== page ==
Weaving Influences continues metal tradition on campus

Campus News

While Victoria metalheads prepare to bang their heads upon the arrival of Pacific Northwest folk metal outfit Agalloch, those who prefer some academia with their riffs are invited to Weaving Influences: Positioning Agalloch in the History of Heavy Metal, a talk by Agalloch guitarist Don Anderson.

A professor in the English department at State University of New York Westchester Community College, Anderson was invited to speak by a UVic professor.

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Don Anderson – photo provided

“It started because I went to graduate school with a professor [at UVic], Jentery Sayers,” Anderson said. Sayers reached out when he saw Agalloch was coming through Victoria, and asked Anderson if he was interested in giving a talk.

“At first, I didn’t really know what that would look like and what that would mean, and I wasn’t sure what to say, but I said ‘OK, sure’ and he immediately put me in touch with Shamma [Boyarin].”

Boyarin, an English and Religious Studies professor at UVic, is no stranger to academia and metal: In 2013, he helped organize the South of Heaven: Religion and Heavy Metal symposium, and the Tribe & Rite heavy metal student conference in conjunction with the Heavy Metal UVic student club and Department of English the year after that. He recently finished teaching a course on heavy metal based out of the English department.

Boyarin says metal studies is a growing presence at UVic. “It’s getting bigger. A lot of it is [Heavy Metal UVic president] Casey Lazar and I piggybacking off each other,” he said. Referring to Anderson and Weaving Influences, Boyarin said that he’s “interested to hear somebody who plays black metal talk about their place in it.”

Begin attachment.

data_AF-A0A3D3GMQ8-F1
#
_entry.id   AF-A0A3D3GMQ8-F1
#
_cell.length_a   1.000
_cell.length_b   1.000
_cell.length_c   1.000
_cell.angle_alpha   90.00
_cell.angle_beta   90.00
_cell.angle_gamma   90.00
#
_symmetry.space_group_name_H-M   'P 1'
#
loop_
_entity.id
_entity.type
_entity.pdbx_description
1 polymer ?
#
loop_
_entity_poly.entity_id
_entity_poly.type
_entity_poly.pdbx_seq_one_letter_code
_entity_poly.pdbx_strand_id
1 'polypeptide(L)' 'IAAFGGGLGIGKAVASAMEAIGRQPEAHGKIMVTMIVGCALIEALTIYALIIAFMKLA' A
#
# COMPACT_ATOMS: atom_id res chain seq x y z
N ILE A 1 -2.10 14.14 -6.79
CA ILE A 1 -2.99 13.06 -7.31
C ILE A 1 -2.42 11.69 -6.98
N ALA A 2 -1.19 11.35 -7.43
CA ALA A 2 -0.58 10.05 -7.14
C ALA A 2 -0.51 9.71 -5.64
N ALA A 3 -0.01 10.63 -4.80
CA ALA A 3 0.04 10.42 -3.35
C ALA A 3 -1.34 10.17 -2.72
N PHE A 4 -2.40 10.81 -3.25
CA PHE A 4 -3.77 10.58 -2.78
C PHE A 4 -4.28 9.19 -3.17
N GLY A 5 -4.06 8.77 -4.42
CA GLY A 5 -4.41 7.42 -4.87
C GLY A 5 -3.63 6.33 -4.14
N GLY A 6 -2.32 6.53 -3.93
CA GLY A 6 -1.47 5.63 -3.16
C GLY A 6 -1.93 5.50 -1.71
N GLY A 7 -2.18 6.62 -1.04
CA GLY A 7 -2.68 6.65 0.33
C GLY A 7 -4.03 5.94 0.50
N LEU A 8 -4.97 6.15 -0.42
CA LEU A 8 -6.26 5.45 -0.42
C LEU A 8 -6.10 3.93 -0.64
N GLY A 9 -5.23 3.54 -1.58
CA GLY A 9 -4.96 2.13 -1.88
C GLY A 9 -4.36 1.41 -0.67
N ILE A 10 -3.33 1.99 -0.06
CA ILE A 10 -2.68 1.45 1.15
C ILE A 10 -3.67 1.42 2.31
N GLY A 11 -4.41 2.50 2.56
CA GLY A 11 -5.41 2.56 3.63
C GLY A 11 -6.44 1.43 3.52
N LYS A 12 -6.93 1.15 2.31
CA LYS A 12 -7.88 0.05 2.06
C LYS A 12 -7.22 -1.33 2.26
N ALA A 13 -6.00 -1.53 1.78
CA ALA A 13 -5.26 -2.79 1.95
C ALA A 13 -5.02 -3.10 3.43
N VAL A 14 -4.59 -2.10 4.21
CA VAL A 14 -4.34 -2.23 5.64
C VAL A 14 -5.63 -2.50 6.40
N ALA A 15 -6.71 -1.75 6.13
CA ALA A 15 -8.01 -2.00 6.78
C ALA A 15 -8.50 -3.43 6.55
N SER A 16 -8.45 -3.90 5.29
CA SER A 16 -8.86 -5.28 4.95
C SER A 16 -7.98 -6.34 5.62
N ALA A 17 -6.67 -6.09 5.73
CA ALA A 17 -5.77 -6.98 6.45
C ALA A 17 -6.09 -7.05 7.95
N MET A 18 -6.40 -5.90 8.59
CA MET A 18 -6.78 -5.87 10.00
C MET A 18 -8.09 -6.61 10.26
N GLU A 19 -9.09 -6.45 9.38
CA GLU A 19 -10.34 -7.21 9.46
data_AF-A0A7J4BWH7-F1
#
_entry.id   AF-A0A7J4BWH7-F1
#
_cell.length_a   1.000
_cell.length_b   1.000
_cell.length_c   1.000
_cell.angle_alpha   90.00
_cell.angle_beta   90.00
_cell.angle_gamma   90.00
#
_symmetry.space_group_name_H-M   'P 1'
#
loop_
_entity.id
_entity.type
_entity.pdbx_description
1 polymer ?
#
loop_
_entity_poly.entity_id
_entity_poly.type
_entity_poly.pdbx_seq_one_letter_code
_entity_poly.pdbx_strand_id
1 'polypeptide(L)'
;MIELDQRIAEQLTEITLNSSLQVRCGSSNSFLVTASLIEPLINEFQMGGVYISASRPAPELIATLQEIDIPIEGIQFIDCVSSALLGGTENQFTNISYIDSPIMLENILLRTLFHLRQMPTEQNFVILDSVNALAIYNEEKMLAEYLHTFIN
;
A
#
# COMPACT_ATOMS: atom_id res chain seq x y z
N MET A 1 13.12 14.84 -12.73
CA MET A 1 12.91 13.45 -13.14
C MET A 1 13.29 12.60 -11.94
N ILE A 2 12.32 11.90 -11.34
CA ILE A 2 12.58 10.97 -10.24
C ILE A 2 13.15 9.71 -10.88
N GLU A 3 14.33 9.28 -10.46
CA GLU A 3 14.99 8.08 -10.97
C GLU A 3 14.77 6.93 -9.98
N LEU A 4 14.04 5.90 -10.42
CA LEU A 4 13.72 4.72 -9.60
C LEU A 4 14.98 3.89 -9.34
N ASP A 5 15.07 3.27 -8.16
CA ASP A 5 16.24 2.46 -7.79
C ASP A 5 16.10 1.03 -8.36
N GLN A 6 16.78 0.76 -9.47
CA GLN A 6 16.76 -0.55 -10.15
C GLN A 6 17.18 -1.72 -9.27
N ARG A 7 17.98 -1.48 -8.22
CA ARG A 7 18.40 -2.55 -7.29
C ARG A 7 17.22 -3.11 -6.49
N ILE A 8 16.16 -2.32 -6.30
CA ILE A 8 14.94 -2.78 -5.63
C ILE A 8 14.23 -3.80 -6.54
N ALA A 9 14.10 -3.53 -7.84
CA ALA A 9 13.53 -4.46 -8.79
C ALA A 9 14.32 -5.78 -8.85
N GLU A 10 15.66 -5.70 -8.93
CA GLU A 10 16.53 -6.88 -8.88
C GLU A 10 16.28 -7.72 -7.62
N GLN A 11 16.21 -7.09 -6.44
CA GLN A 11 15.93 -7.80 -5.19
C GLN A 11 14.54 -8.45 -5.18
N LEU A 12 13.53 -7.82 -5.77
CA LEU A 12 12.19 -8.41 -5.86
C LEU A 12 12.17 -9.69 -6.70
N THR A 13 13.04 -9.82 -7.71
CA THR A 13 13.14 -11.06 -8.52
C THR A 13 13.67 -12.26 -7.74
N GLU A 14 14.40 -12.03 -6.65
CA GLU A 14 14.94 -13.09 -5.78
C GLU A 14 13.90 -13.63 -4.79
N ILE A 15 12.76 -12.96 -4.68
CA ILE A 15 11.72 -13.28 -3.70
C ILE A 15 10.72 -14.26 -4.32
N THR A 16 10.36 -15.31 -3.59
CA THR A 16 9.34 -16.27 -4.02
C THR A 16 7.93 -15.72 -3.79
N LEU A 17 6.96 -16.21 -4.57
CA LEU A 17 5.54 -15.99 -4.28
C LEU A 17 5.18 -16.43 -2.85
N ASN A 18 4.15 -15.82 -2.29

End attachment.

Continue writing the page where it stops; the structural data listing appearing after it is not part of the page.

Anderson acknowledges that the combination of academia and heavy metal might be strange, or even contradictory. “I feel like there’s always been tension with academia sort of absorbing or welcoming certain types of artistic movements that may be seen as ‘anti-establishment,’” he said. “But that’s the history of art.”

According to Anderson, nothing is off limits to critical discussion. “As an academic, I’m always interested in thinking rigorously about anything, whether it’s film, culture, music, politics, or philosophy. I don’t think there’s anything that shouldn’t be thought about in a rigorous fashion.”

Weaving Influences is one more step for metal studies at UVic, but Boyarin stressed that its success comes down to students. “A lot of it’s from me, but it’s also been very student-driven and responding to students saying ‘let’s do this, let’s do that.’”

“It’s really a bottom-up type of thing,” he said. “It’s been like that since before I became involved, and hopefully it continues to have that student presence.”

Weaving Influences: Positioning Agalloch in the History of Heavy Metal takes place Friday, June 19, at 2 p.m. in Cornett B111. Agalloch plays the Victoria Event Centre the same night at 8 p.m. An extended interview with Don Anderson can be found at http://www.martlet.ca/culture/a-brief-chat-with-agallochs-don-anderson/.